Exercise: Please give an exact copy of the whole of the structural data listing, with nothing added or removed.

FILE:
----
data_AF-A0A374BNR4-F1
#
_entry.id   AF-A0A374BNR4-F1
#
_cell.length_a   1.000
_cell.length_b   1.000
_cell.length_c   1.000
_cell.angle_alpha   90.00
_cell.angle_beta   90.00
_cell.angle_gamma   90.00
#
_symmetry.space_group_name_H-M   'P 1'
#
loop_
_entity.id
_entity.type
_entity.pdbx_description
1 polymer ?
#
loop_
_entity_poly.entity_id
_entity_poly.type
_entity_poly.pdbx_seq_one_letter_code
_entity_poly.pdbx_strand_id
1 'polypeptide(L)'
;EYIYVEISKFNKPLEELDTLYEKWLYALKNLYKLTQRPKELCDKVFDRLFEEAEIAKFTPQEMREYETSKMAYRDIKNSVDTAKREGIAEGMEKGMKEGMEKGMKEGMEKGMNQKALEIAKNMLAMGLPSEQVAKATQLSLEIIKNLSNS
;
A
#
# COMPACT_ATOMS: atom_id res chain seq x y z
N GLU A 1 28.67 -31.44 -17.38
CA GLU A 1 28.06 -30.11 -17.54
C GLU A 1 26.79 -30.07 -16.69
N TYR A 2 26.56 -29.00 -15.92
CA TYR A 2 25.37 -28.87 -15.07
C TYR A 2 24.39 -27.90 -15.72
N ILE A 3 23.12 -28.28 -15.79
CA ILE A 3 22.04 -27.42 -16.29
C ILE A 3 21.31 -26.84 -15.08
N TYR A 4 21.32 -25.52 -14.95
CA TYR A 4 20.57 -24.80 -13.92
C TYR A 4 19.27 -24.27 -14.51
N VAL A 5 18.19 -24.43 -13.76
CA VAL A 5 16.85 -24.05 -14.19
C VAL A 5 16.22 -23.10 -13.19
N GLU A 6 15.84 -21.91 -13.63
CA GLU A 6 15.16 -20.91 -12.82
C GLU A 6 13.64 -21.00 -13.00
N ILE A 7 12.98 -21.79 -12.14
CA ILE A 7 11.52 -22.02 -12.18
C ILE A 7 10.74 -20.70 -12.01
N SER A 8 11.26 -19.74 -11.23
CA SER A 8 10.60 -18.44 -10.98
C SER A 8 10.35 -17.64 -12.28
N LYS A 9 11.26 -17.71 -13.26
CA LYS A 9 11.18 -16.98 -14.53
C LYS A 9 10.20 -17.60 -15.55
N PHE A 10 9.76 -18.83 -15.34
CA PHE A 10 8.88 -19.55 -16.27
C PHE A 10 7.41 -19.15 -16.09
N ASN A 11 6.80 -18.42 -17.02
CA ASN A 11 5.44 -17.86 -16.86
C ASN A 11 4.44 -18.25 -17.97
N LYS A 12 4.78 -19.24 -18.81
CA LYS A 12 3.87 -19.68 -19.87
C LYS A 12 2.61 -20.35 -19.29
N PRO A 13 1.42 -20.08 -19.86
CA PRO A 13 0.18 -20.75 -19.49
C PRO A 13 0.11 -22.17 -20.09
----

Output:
data_AF-A0A374BNR4-F1
#
_entry.id   AF-A0A374BNR4-F1
#
_cell.length_a   1.000
_cell.length_b   1.000
_cell.length_c   1.000
_cell.angle_alpha   90.00
_cell.angle_beta   90.00
_cell.angle_gamma   90.00
#
_symmetry.space_group_name_H-M   'P 1'
#
loop_
_entity.id
_entity.type
_entity.pdbx_description
1 polymer ?
#
loop_
_entity_poly.entity_id
_entity_poly.type
_entity_poly.pdbx_seq_one_letter_code
_entity_poly.pdbx_strand_id
1 'polypeptide(L)'
;EYIYVEISKFNKPLEELDTLYEKWLYALKNLYKLTQRPKELCDKVFDRLFEEAEIAKFTPQEMREYETSKMAYRDIKNSVDTAKREGIAEGMEKGMKEGMEKGMKEGMEKGMNQKALEIAKNMLAMGLPSEQVAKATQLSLEIIKNLSNS
;
A
#
# COMPACT_ATOMS: atom_id res chain seq x y z
N GLU A 1 28.67 -31.44 -17.38
CA GLU A 1 28.06 -30.11 -17.54
C GLU A 1 26.79 -30.07 -16.69
N TYR A 2 26.56 -29.00 -15.92
CA TYR A 2 25.37 -28.87 -15.07
C TYR A 2 24.39 -27.90 -15.72
N ILE A 3 23.12 -28.28 -15.79
CA ILE A 3 22.04 -27.42 -16.29
C ILE A 3 21.31 -26.84 -15.08
N TYR A 4 21.32 -25.52 -14.95
CA TYR A 4 20.57 -24.80 -13.92
C TYR A 4 19.27 -24.27 -14.51
N VAL A 5 18.19 -24.43 -13.76
CA VAL A 5 16.85 -24.05 -14.19
C VAL A 5 16.22 -23.10 -13.19
N GLU A 6 15.84 -21.91 -13.63
CA GLU A 6 15.16 -20.91 -12.82
C GLU A 6 13.64 -21.00 -13.00
N ILE A 7 12.98 -21.79 -12.14
CA ILE A 7 11.52 -22.02 -12.18
C ILE A 7 10.74 -20.70 -12.01
N SER A 8 11.26 -19.74 -11.23
CA SER A 8 10.60 -18.44 -10.98
C SER A 8 10.35 -17.64 -12.28
N LYS A 9 11.26 -17.71 -13.26
CA LYS A 9 11.18 -16.98 -14.53
C LYS A 9 10.20 -17.60 -15.55
N PHE A 10 9.76 -18.83 -15.34
CA PHE A 10 8.88 -19.55 -16.27
C PHE A 10 7.41 -19.15 -16.09
N ASN A 11 6.80 -18.42 -17.02
CA ASN A 11 5.44 -17.86 -16.86
C ASN A 11 4.44 -18.25 -17.97
N LYS A 12 4.78 -19.24 -18.81
CA LYS A 12 3.87 -19.68 -19.87
C LYS A 12 2.61 -20.35 -19.29
N PRO A 13 1.42 -20.08 -19.86
CA PRO A 13 0.18 -20.75 -19.49
C PRO A 13 0.11 -22.17 -20.09